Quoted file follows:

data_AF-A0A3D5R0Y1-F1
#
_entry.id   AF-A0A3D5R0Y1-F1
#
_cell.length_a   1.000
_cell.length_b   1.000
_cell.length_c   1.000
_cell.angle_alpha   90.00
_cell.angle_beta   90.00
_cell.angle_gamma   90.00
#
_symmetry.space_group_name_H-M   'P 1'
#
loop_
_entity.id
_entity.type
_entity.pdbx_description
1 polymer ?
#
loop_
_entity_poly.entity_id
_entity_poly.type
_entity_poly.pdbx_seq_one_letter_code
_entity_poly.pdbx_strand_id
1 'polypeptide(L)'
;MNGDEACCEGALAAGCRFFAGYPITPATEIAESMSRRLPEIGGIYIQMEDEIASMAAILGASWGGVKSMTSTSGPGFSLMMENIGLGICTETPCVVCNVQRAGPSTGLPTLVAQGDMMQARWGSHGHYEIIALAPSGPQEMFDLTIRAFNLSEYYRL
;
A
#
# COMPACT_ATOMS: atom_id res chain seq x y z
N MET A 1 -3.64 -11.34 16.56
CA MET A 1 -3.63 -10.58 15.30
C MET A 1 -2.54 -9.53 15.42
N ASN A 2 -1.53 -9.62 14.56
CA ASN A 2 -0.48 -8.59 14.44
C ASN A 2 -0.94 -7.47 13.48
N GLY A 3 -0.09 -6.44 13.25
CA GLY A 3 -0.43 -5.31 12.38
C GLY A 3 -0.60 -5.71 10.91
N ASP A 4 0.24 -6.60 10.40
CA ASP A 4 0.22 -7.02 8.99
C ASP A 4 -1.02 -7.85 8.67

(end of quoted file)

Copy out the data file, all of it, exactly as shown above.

data_AF-A0A3D5R0Y1-F1
#
_entry.id   AF-A0A3D5R0Y1-F1
#
_cell.length_a   1.000
_cell.length_b   1.000
_cell.length_c   1.000
_cell.angle_alpha   90.00
_cell.angle_beta   90.00
_cell.angle_gamma   90.00
#
_symmetry.space_group_name_H-M   'P 1'
#
loop_
_entity.id
_entity.type
_entity.pdbx_description
1 polymer ?
#
loop_
_entity_poly.entity_id
_entity_poly.type
_entity_poly.pdbx_seq_one_letter_code
_entity_poly.pdbx_strand_id
1 'polypeptide(L)'
;MNGDEACCEGALAAGCRFFAGYPITPATEIAESMSRRLPEIGGIYIQMEDEIASMAAILGASWGGVKSMTSTSGPGFSLMMENIGLGICTETPCVVCNVQRAGPSTGLPTLVAQGDMMQARWGSHGHYEIIALAPSGPQEMFDLTIRAFNLSEYYRL
;
A
#
# COMPACT_ATOMS: atom_id res chain seq x y z
N MET A 1 -3.64 -11.34 16.56
CA MET A 1 -3.63 -10.58 15.30
C MET A 1 -2.54 -9.53 15.42
N ASN A 2 -1.53 -9.62 14.56
CA ASN A 2 -0.48 -8.59 14.44
C ASN A 2 -0.94 -7.47 13.48
N GLY A 3 -0.09 -6.44 13.25
CA GLY A 3 -0.43 -5.31 12.38
C GLY A 3 -0.60 -5.71 10.91
N ASP A 4 0.24 -6.60 10.40
CA ASP A 4 0.22 -7.02 8.99
C ASP A 4 -1.02 -7.85 8.67